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12 December, 2019 00:00 00 AM

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Suu Kyi rejects genocide claims

AFP, The Hague

Former peace icon Aung San Suu Kyi told the UN's top court yesterday there was no genocidal intent in Myanmar's crackdown on Rohingya Muslims, despite admitting that the army may have used excessive force. The 1991 Nobel peace laureate rejected the misleading and incomplete allegations by The Gambia that Myanmar's 2017 military operation amounted to an attempt to exterminate the Rohingya.

Thousands of people were killed and raped and around 740,000 Rohingya fled to neighbouring Bangladesh after the Myanmar military launched a huge offensive that it said was in response to attacks by local militants. Once hailed worldwide as a rights icon for her defiance of Myanmar's junta, Suu Kyi was this time on the side of the generals when she opened the majority-Buddhist nation's defence at the International Court of Justice (ICJ) in The Hague.

Regrettably, The Gambia has placed before the court a misleading and incomplete picture of the situation in Rakhine state, said Suu Kyi, wearing traditional Burmese dress and flowers in her hair. Addressing judges in the wood-panelled courtroom, the 74-year-old said Myanmar was dealing with an internal armed conflict in the southwestern state where the alleged atrocities took place.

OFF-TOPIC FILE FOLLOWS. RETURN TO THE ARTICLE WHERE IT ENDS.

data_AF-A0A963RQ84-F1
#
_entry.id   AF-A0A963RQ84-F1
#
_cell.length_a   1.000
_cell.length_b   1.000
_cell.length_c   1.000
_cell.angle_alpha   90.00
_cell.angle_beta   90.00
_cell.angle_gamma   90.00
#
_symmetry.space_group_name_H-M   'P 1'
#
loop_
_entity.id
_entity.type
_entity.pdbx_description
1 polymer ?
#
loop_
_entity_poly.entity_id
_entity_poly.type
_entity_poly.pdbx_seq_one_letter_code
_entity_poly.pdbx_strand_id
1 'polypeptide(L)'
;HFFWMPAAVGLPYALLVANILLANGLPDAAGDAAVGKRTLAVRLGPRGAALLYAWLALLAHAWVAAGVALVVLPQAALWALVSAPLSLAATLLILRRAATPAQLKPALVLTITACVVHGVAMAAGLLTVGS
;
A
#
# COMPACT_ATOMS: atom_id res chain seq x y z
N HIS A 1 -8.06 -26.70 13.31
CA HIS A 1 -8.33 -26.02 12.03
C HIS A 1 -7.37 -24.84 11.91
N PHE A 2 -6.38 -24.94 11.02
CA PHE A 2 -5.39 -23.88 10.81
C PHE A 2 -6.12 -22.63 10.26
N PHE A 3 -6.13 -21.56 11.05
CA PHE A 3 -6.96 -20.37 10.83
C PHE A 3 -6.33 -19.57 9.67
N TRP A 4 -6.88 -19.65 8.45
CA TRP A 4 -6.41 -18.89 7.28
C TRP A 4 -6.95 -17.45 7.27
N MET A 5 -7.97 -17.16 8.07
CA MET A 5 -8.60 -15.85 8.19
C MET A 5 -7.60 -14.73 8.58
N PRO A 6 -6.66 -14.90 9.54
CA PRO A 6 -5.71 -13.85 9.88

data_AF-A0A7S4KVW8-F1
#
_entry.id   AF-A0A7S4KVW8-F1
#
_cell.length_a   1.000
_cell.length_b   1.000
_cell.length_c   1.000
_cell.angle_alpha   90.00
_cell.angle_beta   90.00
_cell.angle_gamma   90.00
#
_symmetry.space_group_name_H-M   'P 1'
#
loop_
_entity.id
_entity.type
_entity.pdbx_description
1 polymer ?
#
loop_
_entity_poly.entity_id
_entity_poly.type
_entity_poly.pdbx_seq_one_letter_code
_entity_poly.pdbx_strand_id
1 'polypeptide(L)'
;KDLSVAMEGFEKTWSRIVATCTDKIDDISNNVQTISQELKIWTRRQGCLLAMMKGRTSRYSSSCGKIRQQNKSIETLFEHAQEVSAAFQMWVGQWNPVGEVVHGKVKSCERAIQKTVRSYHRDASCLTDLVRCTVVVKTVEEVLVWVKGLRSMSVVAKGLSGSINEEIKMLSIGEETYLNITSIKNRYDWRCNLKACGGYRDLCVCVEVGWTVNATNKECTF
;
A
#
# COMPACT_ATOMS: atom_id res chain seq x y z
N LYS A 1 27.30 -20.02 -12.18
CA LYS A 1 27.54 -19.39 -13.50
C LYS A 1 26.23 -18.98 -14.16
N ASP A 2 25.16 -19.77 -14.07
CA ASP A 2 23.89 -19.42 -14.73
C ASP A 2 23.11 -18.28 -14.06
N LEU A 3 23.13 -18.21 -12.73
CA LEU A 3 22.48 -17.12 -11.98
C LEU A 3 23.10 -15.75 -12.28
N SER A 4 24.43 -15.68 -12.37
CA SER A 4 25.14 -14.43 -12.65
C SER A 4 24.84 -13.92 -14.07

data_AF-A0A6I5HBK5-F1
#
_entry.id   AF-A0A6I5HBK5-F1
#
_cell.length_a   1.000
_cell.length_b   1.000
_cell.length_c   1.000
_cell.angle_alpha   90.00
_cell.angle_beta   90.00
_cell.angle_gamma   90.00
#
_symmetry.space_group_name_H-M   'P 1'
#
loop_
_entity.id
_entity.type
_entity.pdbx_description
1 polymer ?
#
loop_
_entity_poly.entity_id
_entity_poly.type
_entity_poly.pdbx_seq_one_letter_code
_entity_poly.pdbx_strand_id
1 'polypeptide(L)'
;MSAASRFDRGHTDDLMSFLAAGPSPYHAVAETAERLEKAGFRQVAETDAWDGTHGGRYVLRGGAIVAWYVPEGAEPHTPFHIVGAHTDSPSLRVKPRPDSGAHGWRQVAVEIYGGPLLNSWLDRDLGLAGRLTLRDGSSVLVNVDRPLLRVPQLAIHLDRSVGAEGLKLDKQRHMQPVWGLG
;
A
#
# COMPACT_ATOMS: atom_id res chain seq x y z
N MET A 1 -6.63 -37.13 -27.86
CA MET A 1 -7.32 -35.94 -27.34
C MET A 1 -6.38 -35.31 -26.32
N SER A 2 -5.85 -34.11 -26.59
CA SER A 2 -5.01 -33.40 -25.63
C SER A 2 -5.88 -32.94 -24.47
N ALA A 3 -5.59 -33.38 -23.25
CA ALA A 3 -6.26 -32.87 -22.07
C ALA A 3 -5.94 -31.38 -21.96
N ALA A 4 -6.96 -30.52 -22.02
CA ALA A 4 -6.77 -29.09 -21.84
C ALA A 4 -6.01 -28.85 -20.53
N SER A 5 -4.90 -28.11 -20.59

Please bear in mind this complex situation and the challenge to sovereignty and security in our country when you are assessing the intent of those who attempted to deal with the rebellion, she said. Surely under the circumstances genocidal intent cannot be the only hypothesis.

UN investigators last year concluded that Myanmar's treatment of the Rohingya amounted to genocide while rights groups have detailed a catalogue of alleged abuses. The Gambia, a small west African state that is mainly Muslim, filed an application in November accusing Myanmar of breaching the 1948 genocide convention and asking the court to take emergency measures to stop further violence.

A day after sitting through hours of graphic accounts of violence read out by The Gambia's lawyers, Suu Kyi admitted there may have been civilian casualties including some killed when a helicopter opened fire. But she argued these were an inevitable part of the conflict.

 

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Editor : M. Shamsur Rahman

Published by the Editor on behalf of Independent Publications Limited at Media Printers, 446/H, Tejgaon I/A, Dhaka-1215.
Editorial, News & Commercial Offices : Beximco Media Complex, 149-150 Tejgaon I/A, Dhaka-1208, Bangladesh. GPO Box No. 934, Dhaka-1000.

Editor : M. Shamsur Rahman
Published by the Editor on behalf of Independent Publications Limited at Media Printers, 446/H, Tejgaon I/A, Dhaka-1215.
Editorial, News & Commercial Offices : Beximco Media Complex, 149-150 Tejgaon I/A, Dhaka-1208, Bangladesh. GPO Box No. 934, Dhaka-1000.

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